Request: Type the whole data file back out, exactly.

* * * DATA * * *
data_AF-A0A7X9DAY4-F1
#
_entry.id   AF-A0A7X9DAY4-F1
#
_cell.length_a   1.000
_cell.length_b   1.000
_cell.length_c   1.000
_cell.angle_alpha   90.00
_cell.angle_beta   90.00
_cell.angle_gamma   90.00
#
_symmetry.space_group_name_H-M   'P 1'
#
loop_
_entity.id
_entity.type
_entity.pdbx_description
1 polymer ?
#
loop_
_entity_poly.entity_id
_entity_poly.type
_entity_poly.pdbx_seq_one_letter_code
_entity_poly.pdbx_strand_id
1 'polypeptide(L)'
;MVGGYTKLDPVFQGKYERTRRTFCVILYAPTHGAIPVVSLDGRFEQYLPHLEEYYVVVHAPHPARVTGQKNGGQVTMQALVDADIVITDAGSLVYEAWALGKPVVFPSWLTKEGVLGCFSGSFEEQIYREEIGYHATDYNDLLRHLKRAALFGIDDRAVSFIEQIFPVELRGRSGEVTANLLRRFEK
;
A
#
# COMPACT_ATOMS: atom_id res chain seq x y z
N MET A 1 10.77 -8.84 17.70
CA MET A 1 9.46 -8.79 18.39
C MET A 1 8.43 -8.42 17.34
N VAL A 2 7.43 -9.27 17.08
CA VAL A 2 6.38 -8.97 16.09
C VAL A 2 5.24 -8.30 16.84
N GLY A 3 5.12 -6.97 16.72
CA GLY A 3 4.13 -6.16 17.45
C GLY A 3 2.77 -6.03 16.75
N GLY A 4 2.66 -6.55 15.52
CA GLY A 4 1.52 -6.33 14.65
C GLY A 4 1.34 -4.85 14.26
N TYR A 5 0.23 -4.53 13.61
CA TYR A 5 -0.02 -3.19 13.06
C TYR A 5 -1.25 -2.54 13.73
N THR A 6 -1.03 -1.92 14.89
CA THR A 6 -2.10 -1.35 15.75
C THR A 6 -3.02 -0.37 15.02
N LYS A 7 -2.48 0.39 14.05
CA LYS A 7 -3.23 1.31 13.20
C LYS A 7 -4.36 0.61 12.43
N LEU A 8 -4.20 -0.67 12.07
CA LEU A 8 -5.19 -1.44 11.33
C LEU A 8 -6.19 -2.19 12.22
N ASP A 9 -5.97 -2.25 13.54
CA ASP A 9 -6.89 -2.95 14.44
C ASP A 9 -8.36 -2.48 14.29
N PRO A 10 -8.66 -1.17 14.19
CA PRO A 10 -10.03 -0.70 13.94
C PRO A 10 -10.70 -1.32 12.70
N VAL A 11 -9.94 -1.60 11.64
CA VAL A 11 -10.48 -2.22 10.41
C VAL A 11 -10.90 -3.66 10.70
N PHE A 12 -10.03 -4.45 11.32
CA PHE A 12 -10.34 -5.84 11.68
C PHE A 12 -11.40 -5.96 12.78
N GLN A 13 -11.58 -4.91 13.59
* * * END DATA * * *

data_AF-A0A7X9DAY4-F1
#
_entry.id   AF-A0A7X9DAY4-F1
#
_cell.length_a   1.000
_cell.length_b   1.000
_cell.length_c   1.000
_cell.angle_alpha   90.00
_cell.angle_beta   90.00
_cell.angle_gamma   90.00
#
_symmetry.space_group_name_H-M   'P 1'
#
loop_
_entity.id
_entity.type
_entity.pdbx_description
1 polymer ?
#
loop_
_entity_poly.entity_id
_entity_poly.type
_entity_poly.pdbx_seq_one_letter_code
_entity_poly.pdbx_strand_id
1 'polypeptide(L)'
;MVGGYTKLDPVFQGKYERTRRTFCVILYAPTHGAIPVVSLDGRFEQYLPHLEEYYVVVHAPHPARVTGQKNGGQVTMQALVDADIVITDAGSLVYEAWALGKPVVFPSWLTKEGVLGCFSGSFEEQIYREEIGYHATDYNDLLRHLKRAALFGIDDRAVSFIEQIFPVELRGRSGEVTANLLRRFEK
;
A
#
# COMPACT_ATOMS: atom_id res chain seq x y z
N MET A 1 10.77 -8.84 17.70
CA MET A 1 9.46 -8.79 18.39
C MET A 1 8.43 -8.42 17.34
N VAL A 2 7.43 -9.27 17.08
CA VAL A 2 6.38 -8.97 16.09
C VAL A 2 5.24 -8.30 16.84
N GLY A 3 5.12 -6.97 16.72
CA GLY A 3 4.13 -6.16 17.45
C GLY A 3 2.77 -6.03 16.75
N GLY A 4 2.66 -6.55 15.52
CA GLY A 4 1.52 -6.33 14.65
C GLY A 4 1.34 -4.85 14.26
N TYR A 5 0.23 -4.53 13.61
CA TYR A 5 -0.02 -3.19 13.06
C TYR A 5 -1.25 -2.54 13.73
N THR A 6 -1.03 -1.92 14.89
CA THR A 6 -2.10 -1.35 15.75
C THR A 6 -3.02 -0.37 15.02
N LYS A 7 -2.48 0.39 14.05
CA LYS A 7 -3.23 1.31 13.20
C LYS A 7 -4.36 0.61 12.43
N LEU A 8 -4.20 -0.67 12.07
CA LEU A 8 -5.19 -1.44 11.33
C LEU A 8 -6.19 -2.19 12.22
N ASP A 9 -5.97 -2.25 13.54
CA ASP A 9 -6.89 -2.95 14.44
C ASP A 9 -8.36 -2.48 14.29
N PRO A 10 -8.66 -1.17 14.19
CA PRO A 10 -10.03 -0.70 13.94
C PRO A 10 -10.70 -1.32 12.70
N VAL A 11 -9.94 -1.60 11.64
CA VAL A 11 -10.48 -2.22 10.41
C VAL A 11 -10.90 -3.66 10.70
N PHE A 12 -10.03 -4.45 11.32
CA PHE A 12 -10.34 -5.84 11.68
C PHE A 12 -11.40 -5.96 12.78
N GLN A 13 -11.58 -4.91 13.59